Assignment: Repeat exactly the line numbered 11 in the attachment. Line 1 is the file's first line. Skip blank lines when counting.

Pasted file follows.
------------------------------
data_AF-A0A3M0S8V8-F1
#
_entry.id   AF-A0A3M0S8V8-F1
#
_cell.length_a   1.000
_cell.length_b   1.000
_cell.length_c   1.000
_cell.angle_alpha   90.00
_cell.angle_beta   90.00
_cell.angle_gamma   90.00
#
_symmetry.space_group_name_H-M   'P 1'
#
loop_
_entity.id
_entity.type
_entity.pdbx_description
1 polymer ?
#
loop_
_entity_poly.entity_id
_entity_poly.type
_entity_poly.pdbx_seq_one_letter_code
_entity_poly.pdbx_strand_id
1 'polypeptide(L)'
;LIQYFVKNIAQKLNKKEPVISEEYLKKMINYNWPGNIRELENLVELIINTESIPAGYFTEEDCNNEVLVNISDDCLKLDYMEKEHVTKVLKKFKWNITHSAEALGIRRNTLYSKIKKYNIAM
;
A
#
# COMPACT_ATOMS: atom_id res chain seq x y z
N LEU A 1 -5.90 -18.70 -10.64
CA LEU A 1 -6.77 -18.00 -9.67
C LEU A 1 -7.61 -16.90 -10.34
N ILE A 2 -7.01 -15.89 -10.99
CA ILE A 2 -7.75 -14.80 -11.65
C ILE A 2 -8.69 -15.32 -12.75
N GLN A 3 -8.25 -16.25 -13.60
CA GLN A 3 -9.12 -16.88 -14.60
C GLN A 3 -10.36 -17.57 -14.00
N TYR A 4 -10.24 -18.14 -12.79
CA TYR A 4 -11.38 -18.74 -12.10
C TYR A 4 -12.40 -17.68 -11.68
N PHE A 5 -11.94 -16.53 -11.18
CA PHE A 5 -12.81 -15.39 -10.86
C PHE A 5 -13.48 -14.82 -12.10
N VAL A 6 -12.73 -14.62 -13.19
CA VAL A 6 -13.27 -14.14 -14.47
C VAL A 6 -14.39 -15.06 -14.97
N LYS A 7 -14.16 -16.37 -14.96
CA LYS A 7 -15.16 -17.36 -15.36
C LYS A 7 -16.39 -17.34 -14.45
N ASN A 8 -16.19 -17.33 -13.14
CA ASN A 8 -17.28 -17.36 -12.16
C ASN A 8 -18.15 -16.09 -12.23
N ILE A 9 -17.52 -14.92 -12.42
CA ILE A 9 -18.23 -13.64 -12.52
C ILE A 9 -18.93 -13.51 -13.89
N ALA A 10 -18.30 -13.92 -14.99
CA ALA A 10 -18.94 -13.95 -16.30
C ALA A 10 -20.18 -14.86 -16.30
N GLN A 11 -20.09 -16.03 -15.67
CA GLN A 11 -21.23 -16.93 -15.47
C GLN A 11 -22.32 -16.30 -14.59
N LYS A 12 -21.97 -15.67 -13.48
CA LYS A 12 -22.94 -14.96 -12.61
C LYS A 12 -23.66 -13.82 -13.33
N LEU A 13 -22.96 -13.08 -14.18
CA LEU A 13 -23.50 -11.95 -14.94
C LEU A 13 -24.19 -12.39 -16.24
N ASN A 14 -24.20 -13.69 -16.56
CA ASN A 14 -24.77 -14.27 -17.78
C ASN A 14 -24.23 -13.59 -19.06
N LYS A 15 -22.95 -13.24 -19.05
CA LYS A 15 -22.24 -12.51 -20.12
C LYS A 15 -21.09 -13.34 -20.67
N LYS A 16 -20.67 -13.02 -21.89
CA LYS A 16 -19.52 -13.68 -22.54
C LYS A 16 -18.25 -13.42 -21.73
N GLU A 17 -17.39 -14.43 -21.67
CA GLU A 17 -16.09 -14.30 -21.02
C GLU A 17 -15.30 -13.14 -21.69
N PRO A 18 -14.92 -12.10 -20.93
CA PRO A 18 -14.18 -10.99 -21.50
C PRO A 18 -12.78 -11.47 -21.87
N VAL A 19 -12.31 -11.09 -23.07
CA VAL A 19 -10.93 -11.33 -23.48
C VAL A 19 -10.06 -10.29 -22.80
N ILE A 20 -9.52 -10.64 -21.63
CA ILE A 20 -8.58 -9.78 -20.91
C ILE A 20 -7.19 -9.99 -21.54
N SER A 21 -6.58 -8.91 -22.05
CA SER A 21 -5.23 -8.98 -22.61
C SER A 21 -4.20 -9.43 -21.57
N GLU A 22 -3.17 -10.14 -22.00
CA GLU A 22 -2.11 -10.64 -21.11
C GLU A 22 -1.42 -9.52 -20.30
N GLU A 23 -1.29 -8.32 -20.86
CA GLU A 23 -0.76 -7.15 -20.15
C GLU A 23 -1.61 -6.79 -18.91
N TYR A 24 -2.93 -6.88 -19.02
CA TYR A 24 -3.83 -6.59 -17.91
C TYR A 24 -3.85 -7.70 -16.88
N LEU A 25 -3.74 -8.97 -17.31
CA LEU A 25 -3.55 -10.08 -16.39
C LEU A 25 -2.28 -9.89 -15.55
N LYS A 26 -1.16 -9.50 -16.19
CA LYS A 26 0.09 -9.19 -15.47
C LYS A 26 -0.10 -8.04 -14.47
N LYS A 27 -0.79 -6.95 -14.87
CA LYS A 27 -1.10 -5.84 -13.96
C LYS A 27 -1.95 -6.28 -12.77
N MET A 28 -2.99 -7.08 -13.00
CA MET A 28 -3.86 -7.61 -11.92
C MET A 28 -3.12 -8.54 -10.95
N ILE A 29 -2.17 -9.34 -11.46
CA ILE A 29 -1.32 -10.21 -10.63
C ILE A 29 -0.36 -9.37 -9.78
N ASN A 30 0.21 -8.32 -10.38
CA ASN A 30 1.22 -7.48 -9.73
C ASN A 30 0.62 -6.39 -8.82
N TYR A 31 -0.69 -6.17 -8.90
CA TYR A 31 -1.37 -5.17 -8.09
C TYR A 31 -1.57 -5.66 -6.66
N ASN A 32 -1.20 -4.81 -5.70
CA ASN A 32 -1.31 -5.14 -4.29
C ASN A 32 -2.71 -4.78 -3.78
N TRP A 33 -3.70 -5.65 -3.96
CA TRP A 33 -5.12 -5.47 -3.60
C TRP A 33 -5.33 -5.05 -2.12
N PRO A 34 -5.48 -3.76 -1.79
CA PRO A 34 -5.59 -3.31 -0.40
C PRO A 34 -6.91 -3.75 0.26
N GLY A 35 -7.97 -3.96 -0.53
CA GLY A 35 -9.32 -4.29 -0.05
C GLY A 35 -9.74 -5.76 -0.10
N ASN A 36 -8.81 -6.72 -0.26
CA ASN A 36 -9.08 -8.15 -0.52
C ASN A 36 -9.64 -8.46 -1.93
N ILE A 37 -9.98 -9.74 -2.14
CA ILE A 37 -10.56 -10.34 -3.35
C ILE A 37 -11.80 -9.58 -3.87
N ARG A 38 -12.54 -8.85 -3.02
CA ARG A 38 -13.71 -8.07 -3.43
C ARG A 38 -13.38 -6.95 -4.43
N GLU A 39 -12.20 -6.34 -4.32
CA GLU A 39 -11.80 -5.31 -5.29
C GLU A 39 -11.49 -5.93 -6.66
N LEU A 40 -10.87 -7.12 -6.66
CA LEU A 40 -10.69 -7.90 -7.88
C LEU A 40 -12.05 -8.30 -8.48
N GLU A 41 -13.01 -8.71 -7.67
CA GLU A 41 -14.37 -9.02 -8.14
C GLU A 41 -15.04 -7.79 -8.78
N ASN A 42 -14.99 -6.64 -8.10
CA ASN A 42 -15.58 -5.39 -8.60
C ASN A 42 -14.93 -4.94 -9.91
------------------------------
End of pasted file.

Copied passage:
#